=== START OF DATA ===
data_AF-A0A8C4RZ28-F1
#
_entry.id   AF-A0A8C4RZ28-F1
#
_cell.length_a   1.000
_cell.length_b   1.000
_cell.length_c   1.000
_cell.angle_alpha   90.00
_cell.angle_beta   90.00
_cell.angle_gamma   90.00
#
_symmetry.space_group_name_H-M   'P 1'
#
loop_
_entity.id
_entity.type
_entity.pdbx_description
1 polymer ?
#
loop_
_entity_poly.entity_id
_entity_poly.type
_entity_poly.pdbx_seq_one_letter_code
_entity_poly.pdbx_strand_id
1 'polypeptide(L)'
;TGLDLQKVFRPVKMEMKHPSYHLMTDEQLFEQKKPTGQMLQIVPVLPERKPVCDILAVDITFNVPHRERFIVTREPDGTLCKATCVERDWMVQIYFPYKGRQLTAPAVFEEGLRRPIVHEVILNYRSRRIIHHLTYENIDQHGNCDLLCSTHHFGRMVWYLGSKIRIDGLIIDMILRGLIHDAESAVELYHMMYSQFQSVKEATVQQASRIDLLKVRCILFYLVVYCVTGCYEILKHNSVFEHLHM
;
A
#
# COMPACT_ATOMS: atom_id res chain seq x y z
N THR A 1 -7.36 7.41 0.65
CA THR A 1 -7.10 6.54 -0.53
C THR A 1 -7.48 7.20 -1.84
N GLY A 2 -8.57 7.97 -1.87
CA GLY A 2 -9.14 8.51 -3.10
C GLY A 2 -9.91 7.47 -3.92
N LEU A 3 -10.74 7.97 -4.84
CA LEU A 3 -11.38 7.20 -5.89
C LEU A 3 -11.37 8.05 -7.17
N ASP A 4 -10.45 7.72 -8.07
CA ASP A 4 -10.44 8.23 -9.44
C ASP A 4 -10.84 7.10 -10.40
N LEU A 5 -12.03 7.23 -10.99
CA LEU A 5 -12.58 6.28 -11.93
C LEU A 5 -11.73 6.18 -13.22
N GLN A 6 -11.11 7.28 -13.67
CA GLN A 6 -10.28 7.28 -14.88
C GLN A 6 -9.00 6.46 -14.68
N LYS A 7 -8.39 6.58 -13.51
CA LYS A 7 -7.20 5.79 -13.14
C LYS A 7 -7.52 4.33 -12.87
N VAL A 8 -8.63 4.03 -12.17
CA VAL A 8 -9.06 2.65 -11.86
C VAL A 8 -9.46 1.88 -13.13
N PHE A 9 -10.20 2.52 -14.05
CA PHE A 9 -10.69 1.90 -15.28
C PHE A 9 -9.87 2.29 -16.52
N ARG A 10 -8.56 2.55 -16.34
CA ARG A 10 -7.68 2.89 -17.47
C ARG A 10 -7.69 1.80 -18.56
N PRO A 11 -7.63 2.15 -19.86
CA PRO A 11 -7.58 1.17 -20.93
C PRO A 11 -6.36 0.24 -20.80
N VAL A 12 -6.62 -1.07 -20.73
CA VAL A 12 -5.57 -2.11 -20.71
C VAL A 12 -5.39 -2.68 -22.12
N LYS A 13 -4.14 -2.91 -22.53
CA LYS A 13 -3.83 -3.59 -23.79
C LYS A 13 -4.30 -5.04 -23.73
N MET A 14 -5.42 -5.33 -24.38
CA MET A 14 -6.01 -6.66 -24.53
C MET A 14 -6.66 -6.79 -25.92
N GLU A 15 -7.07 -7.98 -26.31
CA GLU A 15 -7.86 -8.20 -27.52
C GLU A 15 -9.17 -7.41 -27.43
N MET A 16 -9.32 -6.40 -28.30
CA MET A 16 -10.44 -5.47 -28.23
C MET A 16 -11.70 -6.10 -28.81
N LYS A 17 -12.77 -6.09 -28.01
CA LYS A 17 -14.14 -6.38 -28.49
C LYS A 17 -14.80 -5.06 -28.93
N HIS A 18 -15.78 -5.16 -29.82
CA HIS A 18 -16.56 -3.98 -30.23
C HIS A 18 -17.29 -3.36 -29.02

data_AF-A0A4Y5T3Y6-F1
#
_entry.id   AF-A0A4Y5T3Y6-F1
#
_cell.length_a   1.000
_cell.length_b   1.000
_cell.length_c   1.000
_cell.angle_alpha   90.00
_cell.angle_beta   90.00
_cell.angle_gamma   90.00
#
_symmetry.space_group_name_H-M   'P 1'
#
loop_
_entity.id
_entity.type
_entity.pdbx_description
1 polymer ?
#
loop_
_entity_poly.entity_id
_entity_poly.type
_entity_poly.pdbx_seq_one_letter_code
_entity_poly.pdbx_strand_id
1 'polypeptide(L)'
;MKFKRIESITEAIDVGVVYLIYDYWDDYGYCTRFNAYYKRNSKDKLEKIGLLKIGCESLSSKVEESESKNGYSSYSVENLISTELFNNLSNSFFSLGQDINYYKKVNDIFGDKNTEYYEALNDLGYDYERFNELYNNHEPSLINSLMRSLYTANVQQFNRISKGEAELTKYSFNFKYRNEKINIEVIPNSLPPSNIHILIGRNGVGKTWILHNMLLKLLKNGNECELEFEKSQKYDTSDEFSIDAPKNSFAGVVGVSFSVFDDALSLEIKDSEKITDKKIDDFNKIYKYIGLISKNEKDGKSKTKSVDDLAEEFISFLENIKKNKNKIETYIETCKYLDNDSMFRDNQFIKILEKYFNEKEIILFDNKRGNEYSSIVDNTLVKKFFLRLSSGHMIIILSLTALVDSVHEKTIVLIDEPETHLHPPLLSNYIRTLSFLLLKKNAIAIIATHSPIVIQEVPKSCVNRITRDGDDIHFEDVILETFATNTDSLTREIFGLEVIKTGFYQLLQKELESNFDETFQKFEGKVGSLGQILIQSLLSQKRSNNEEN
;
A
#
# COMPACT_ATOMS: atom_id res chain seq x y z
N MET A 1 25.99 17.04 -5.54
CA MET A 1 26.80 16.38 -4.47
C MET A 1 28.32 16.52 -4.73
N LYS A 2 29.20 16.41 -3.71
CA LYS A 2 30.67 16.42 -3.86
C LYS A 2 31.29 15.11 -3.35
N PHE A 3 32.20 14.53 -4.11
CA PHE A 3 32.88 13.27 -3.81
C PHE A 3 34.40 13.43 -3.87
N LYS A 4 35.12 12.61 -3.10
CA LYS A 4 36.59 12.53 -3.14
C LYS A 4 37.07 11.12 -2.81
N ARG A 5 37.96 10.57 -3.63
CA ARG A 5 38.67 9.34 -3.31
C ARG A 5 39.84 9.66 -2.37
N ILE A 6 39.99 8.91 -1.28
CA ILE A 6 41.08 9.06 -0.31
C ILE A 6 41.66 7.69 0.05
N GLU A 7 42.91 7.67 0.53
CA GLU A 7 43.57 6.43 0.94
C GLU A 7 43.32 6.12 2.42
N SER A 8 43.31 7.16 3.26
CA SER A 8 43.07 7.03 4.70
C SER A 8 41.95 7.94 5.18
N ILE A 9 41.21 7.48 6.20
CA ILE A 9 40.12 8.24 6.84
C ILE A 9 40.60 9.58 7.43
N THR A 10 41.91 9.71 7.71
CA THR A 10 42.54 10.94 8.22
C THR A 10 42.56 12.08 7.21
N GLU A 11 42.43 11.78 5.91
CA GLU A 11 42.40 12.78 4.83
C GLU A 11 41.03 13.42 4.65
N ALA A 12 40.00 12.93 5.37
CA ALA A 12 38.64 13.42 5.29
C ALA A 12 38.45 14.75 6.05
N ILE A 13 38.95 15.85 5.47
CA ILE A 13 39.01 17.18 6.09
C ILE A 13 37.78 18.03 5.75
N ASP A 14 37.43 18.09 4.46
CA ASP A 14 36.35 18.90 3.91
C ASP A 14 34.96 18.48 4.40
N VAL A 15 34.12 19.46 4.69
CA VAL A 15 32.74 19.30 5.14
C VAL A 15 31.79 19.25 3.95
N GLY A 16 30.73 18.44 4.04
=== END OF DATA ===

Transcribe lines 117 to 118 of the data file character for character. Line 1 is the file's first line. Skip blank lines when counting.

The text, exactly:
C MET A 1 28.32 16.52 -4.73
N LYS A 2 29.20 16.41 -3.71